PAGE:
By Matt Lidestri
Hackers seem to be everywhere these days – most recently the Epsilon breach, and then the Sony PlayStation network. Millions of records have been exposed. The impacted organizations are notifying consumers and apologizing as fast as they can. Hasn't the banking community seen all this before?
Generally speaking, we haven’t. The Sony PlayStation and online network break-ins represent a higher level of cybercrime that could result in greater losses than we have seen before. Here’s why:
The handful of large breaches of the last few years – TJX, Hannaford and Heartland Payment Systems, to name a few -- had less impact on the businesses and consumers from an identity standpoint. Even the notable Epsilon breach is limited in immediate impact, although the exposed data could be used for future attacks (Epsilon maintains customer records for Best Buy and JP Morgan Chase, among others).
The PlayStation network attack is different because the stolen personal records were more complete, meaning they could be used more easily for identity theft. The attacks were also executed in two days, rather than weeks and years, so the information is both fresh and usable.
The criminals now know where 77 million PlayStation network users reside, how to impersonate these users, apply for credit, and collect a bigger payday. According to an attorney leading a class action suit against Sony, hackers involved in the breach are already offering 2.2 million credit cards, the corresponding three-digit security verification codes and other personal information for sale on underground Internet sites.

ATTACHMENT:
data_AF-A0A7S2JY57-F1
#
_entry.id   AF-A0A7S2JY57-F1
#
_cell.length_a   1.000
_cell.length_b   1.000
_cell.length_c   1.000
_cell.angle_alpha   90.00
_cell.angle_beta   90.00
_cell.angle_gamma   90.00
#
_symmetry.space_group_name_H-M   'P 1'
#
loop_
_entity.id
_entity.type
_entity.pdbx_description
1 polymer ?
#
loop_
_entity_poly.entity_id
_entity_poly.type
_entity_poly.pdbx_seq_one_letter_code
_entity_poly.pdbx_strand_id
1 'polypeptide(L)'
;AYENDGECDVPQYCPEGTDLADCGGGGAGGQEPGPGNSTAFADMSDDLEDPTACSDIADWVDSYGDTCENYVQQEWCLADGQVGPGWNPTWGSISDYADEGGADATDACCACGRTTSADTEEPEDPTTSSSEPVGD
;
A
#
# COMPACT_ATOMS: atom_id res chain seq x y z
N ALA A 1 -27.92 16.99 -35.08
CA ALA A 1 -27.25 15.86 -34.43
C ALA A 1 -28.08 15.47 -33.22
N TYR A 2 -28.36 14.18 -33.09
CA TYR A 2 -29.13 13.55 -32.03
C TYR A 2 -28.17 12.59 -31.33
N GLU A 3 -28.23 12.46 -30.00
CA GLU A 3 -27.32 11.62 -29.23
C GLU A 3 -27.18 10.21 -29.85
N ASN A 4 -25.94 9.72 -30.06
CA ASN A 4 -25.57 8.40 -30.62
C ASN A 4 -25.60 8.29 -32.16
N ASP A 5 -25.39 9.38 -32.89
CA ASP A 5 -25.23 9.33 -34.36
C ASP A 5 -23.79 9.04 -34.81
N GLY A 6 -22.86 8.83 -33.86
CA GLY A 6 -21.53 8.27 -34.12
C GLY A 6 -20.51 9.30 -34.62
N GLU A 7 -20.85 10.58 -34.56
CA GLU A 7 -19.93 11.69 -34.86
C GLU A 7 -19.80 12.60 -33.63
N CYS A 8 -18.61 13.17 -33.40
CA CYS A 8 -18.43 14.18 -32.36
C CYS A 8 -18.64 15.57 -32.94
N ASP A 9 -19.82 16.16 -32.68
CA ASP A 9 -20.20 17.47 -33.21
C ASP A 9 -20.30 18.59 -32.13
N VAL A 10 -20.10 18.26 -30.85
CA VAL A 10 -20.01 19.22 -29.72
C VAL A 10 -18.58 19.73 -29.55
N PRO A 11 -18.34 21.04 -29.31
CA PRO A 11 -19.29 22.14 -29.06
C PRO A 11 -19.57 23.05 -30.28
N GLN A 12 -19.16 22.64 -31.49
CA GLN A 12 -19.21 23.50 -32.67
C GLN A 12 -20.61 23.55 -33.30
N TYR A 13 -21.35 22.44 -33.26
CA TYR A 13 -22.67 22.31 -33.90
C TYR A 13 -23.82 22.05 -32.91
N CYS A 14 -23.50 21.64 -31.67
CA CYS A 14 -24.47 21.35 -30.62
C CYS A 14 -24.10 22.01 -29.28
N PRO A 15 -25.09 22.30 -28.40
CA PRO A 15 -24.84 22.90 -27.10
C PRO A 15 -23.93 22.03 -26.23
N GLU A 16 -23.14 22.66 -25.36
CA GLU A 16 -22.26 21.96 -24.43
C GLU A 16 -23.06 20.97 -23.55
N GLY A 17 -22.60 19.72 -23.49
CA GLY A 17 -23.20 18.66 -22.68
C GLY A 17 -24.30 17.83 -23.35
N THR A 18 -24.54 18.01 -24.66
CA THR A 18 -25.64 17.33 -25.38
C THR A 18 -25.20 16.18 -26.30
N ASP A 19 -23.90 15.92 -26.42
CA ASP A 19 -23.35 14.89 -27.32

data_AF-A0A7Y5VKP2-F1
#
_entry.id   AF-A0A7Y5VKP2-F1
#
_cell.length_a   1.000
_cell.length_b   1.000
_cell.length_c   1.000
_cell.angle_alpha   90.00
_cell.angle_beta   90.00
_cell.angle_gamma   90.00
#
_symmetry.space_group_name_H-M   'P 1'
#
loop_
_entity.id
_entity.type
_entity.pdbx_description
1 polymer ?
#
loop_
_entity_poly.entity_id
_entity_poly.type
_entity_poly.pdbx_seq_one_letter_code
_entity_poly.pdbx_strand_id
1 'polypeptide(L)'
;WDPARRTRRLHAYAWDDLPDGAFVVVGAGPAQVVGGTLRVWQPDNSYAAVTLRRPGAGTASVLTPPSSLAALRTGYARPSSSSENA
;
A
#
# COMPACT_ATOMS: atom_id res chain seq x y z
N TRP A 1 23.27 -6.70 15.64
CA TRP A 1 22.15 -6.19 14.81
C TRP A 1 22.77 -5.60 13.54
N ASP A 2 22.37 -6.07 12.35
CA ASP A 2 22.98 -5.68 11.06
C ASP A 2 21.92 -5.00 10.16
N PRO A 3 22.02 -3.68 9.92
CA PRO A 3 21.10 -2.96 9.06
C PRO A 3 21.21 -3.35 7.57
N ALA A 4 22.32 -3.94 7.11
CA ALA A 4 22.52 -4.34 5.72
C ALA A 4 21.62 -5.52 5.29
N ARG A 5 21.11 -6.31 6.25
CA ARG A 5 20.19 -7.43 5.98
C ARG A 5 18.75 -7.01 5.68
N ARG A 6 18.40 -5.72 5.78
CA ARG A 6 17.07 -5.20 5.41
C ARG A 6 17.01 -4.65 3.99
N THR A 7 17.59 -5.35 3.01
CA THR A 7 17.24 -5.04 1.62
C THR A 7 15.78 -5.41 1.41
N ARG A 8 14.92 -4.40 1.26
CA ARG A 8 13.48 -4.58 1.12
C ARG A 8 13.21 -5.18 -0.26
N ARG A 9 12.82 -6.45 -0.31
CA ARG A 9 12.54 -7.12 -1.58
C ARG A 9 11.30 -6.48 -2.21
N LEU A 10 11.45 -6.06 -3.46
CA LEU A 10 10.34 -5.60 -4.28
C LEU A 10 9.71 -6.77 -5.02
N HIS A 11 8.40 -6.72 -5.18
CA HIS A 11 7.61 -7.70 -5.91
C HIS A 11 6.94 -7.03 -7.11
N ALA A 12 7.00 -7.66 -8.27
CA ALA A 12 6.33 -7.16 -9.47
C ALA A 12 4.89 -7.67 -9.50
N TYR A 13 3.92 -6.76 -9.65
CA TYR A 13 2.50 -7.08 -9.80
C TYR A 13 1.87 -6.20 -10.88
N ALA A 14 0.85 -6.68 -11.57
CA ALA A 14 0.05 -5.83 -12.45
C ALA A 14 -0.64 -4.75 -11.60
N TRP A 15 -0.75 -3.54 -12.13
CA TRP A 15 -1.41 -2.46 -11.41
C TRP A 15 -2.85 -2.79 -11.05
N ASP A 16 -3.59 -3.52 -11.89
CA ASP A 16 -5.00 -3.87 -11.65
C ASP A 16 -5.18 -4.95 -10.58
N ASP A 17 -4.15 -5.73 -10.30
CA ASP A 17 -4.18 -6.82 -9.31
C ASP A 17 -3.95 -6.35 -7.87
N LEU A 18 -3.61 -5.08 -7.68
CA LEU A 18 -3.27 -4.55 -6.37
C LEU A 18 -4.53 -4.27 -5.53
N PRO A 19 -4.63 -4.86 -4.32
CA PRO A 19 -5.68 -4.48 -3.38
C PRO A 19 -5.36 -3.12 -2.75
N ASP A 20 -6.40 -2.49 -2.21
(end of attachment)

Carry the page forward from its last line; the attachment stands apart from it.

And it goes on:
Sony may not have paid enough attention to security and risk while developing its PlayStation and Sony online networks. Non-banks do not face safety and soundness examinations conducted by regulators onsite. Many have accumulated astounding amounts of customer information, and put us all at risk.
Apple and Google recently admitted to The Wall Street Journal that they keep records of smartphone calling data, messaging activity, search requests and online activities. Add data collected by iPhone and Android smartphones, which can detect location, movement, direction and proximity to other phones. Put that information into immense commercial databases that also contain names, addresses, etc., and you begin to see the compounding danger.
The promise of providing customer data to retailers who can direct advertising while those customers walk by their stores is too sweet to pass up – especially when smartphones and other mobile devices become our wallets in another 12-18 months.
Criminals are busily engineering their next round of attacks. Will the pain and mistakes of the Sony PlayStation network breach be enough to inspire non-bank holders of customer information to harden their sites and services and be more responsible about what type of data is collected, how it is stored, and restrict access to sensitive data? Those questions are answered every day when we see the news. Meanwhile, many financial institutions are keeping our data safer. They should promote that fact every chance they get, and continue to learn and adapt as events unfold. ■
Matt Lidestri, CISSP, manages internet security and products for Avon, Conn.-based COCC, Inc.